I know this blog has been neglected over the last year.  15mm has taken a bit of a back-seat on my painting table.  I have sooo much more 28mm scale stuff to finish, that I actually haven't even bought any 15mm stuff at all.  I'm all caught up with 15mm.  But man!, the Khurasan and Rebel Minis and 15mm.co.uk stuff really tempts me.  I will be returning someday!

Thanks for looking.

30 May 2011

A Safe Place to Hide Away

Updates are few and far between around here.  I explain this more fully on my other blog, but in addition to that explanation part of the reason is that I have had non-15mm Sci-Fi projects on the go.  A lot of my 15mm Sci-Fi is in the planning or gaming stages, as opposed to the painting stages, so there's not a lot to report.

However, I have been unhappy with the state of my storage situation for my 15mm figures.  Regular foam cases generally are either too expensive, or have too-large "slots" for the figures, being usually meant for 28mm figures.  So for the last several months my 15mm forces have just been sitting on my shelf, unprotected and unable to travel.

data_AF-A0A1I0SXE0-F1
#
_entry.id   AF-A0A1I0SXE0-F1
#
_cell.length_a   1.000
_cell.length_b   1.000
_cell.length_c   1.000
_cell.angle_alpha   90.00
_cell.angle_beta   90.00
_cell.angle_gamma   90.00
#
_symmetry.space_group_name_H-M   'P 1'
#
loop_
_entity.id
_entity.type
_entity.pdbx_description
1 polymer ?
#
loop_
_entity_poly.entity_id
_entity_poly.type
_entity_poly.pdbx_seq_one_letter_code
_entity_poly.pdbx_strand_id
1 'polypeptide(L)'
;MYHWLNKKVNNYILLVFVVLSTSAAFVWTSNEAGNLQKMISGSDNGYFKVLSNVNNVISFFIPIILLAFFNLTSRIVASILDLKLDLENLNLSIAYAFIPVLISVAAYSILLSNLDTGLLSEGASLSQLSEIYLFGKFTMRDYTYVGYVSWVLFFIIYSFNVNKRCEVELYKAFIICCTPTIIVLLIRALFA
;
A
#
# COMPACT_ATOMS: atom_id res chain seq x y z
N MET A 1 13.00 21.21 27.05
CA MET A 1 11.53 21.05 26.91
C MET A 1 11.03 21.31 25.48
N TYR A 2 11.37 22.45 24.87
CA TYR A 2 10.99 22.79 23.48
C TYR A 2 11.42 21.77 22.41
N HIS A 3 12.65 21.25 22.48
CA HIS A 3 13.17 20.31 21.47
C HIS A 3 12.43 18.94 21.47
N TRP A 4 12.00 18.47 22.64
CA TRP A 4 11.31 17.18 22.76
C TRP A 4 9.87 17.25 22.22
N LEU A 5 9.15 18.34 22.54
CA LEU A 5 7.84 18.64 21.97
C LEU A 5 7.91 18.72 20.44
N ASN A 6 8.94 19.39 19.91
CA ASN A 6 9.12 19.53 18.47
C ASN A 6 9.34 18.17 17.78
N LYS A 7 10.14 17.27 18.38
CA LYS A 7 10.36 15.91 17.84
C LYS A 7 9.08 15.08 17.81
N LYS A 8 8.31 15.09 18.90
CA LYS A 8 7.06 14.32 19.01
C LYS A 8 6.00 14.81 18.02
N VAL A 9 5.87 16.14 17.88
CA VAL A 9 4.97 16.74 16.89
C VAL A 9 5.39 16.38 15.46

Two of my three armies, dangerously exposed to the elements....
A lot of people use magnetic strips on the bottoms of those plastic, divided storage containers (for yarn and whatnot).  They then magnetically attach the miniatures' bases to the magnetic strips.

My problem stems from the fact that I used U.S. pennies as bases for my figures.  I really liked the diameter and thickness for the scale of the miniatures, but pennies are not magnetic.  I thought about adding the Litko stick-on bases, either the magnetic or the steel type.  The magnetic type would work as previously mentioned, and the steel type would stick to (for example) a cookie sheet, or something like stick-on magnetic sheeting.

However, both of those entailed purchasing two further things to finish my storage, increasing the cost.  The cheapness of 15mm was one of the reasons I got into the scale, plus by using pennies as bases I saved even more.  Furthermore, I didn't like the idea of adding thickness to the existing bases; I felt that it would make them too tall for the scale of the figure.

In the end, I am a foam storage case kind of guy.  After a bit a searching I finally found a storage container I liked, that I felt could be modified to work with 15mm figures.  Hobby Lobby, $7, but I used a 40% off coupon for my trial run.